Even though the election of a new U.S. President is almost a year away, it’s hard to ignore the news media’s extensive coverage of the many candidates — their debates, their campaign speeches, their experience; almost anything they do or say is fair game for the press. However, science and engineering, for the most part, have gotten less attention than issues such as the economy, immigration, health care, homeland security, and gun control.
A recent public opinion poll by Science Debate and Research!America found that an overwhelming majority (87%) of Americans say it is important that candidates for President and Congress have a basic understanding of the science informing public policy, and 77% say that public policies should be based on the best available science. “We are living in a new age when science affects every aspect of public policy, and voters want candidates to give science issues like climate change, health care, GMO foods, and jobs in the new tech economy a higher priority,” says Science Debate chair Shawn Otto.
Science Debate is a nonpartisan, nonprofit initiative “dedicated to elevating science and engineering questions in our national civic dialogue” and “along the presidential campaign trail.” In 2008 and 2012, the presidential candidates responded in writing to 14 questions curated by Science Debate on scientific and technical challenges facing the nation, and their answers were published in Nature and Scientific American, respectively. This year, the organization is working toward a live, televised debate featuring crowdsourced questions on a wide range of topics. More than 44,000 people, including Nobel laureates, have already signed its online petition calling for one (https://www3.thedatabank.com/dpg/335/personal2.asp?formid=SD2008SU).
To prepare for such a debate, politicians should read “Policy: Twenty Tips for Interpreting Science Claims” (by William J. Sutherland, et al., Nature, Nov. 21, 2013, pp. 335–337). The authors explain that it is important for policy-makers to understand that differences and chance cause variation, no measurement is exact, correlation does not imply causation, regression to the mean can mislead, extrapolating beyond the data is risky, and a host of other key concepts.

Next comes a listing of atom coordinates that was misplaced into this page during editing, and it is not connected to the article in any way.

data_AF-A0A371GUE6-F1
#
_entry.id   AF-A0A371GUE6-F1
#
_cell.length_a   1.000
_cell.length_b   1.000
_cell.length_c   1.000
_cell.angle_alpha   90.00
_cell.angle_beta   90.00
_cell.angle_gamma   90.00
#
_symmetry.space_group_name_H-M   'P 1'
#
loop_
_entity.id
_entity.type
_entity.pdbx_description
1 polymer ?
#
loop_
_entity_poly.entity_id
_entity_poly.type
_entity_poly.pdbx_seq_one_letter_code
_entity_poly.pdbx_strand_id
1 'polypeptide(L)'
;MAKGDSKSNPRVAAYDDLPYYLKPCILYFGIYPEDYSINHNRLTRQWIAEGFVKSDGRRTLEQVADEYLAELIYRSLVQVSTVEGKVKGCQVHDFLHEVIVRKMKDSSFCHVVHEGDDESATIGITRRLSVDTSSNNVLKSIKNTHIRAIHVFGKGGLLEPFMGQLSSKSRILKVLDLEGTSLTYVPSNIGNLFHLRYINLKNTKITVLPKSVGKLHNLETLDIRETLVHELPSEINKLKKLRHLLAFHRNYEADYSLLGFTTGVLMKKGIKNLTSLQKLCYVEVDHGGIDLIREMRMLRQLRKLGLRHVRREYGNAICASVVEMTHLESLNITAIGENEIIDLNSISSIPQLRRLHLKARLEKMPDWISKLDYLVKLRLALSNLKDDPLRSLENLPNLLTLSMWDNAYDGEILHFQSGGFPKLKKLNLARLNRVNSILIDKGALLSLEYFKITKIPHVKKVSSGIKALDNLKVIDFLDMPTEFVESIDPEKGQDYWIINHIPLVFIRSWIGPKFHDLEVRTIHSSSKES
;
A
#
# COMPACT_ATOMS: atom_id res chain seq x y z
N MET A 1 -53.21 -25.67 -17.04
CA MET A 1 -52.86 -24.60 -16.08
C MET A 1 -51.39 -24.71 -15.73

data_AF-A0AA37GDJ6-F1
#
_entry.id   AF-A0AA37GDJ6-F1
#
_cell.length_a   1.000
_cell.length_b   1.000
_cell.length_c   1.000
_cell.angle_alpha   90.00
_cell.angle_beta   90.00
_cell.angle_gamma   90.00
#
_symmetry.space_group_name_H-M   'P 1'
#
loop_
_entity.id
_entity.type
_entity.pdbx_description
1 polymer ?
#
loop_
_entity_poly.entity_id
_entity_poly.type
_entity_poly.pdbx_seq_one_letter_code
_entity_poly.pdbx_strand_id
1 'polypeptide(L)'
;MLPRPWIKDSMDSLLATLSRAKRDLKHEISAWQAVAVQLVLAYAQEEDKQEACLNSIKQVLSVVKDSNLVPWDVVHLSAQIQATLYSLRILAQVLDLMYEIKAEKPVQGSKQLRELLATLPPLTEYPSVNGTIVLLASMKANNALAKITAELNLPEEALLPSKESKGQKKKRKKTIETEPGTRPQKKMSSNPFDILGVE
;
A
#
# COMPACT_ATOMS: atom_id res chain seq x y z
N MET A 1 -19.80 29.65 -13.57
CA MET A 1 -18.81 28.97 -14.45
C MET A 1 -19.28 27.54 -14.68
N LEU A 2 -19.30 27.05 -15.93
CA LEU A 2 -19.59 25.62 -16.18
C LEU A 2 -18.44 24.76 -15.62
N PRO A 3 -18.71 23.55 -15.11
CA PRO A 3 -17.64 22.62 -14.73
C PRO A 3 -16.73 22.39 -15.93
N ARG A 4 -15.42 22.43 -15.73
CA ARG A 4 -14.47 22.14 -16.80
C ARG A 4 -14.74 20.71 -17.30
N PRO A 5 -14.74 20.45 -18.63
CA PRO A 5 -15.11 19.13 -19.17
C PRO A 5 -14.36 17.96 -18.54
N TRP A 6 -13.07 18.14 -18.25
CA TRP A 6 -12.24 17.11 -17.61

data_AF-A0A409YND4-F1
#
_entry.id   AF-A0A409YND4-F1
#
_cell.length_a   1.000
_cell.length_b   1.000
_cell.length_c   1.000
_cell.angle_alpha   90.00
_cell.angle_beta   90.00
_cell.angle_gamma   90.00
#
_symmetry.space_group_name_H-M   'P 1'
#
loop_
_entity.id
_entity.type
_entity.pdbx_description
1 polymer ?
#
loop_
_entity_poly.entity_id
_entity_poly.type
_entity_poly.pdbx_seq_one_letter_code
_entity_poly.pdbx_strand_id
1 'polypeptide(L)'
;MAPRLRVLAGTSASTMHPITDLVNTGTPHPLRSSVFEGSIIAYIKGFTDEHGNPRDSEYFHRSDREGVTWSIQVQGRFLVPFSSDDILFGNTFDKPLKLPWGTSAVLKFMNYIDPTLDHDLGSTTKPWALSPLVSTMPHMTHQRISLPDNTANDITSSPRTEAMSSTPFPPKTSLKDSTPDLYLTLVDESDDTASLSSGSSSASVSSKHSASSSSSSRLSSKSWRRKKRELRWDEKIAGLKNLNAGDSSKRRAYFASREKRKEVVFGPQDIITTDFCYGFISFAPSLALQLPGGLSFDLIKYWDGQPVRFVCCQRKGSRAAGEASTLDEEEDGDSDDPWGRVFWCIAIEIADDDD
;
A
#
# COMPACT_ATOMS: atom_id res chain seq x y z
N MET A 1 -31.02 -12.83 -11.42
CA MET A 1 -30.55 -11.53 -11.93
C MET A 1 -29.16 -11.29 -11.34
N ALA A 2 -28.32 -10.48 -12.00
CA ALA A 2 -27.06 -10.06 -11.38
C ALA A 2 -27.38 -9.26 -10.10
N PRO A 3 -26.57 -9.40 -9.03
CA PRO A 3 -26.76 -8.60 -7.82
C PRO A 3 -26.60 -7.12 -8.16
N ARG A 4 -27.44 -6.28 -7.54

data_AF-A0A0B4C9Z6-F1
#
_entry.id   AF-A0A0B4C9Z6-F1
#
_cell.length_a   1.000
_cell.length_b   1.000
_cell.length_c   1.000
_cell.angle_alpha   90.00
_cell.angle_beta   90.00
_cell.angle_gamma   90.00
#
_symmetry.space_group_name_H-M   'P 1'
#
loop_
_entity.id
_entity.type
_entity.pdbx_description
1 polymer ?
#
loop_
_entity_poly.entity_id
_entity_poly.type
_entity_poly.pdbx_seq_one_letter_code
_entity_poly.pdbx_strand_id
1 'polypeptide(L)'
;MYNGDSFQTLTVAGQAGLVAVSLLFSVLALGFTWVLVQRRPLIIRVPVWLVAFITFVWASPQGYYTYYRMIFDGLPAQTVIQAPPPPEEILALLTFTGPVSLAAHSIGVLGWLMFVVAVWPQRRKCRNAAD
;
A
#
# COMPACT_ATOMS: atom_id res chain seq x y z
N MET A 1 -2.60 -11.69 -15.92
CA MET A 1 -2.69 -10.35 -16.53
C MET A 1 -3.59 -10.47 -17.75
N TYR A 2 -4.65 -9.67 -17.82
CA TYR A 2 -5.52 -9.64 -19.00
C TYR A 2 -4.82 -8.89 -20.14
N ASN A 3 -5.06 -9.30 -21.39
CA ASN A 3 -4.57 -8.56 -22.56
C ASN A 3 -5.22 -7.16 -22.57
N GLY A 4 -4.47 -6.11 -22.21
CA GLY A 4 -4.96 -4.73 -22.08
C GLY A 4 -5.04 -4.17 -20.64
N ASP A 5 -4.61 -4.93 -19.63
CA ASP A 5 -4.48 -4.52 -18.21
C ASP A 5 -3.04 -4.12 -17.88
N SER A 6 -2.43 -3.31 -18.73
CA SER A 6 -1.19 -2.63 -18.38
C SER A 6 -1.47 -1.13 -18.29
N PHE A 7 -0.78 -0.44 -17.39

Blake Porter, a neuroscientist pursuing a PhD at New Zealand’s Univ. of Otago, proposed on his blog (www.blakeporterneuro.com) that the debate be hosted by scientists instead of journalists or talk show hosts. “Imagine how great it would be to see Richard Dawkins, Bill Nye, and Neil deGrasse Tyson moderate a political debate. They would not let misinformed opinions suffice for answers, as we have seen so often in political debates,” he says.
The mission of AIChE’s Public Affairs and Information Committee (PAIC) is to provide timely, technically sound information to the public, public officials, and AIChE members. At the recent Annual Meeting, PAIC held a briefing on three critical public policy issues — advanced manufacturing, the food-energy-water nexus, and climate change — at which the speakers encouraged chemical engineers to educate themselves on important public policy issues and to participate in federal, state, and local policy-making efforts.
The Science Debate effort provides an opportunity to do that. You can help shape the debate by submitting a question and/or voting for your favorites; go to http://questions.sciencedebate.org/forums/283644-2016-presidential-science-debate.
Cynthia F. Mascone, Editor-in-Chief
Cindy Mascone is Editor-in-Chief of Chemical Engineering Progress, AIChE’s member magazine. She has more than 25 years of experience as a technical editor and writer, including four years as the head of her own freelance consulting business, Engineered Writing. Previously, she worked for the U.S. Environmental Protection Agency in the Office of Air Quality Planning and Standards.
She holds a BS in chemical engineering and engineering and public policy from Carnegie Mellon Univ., and has been an active member of AIChE and Society of Women Engineers.Read more
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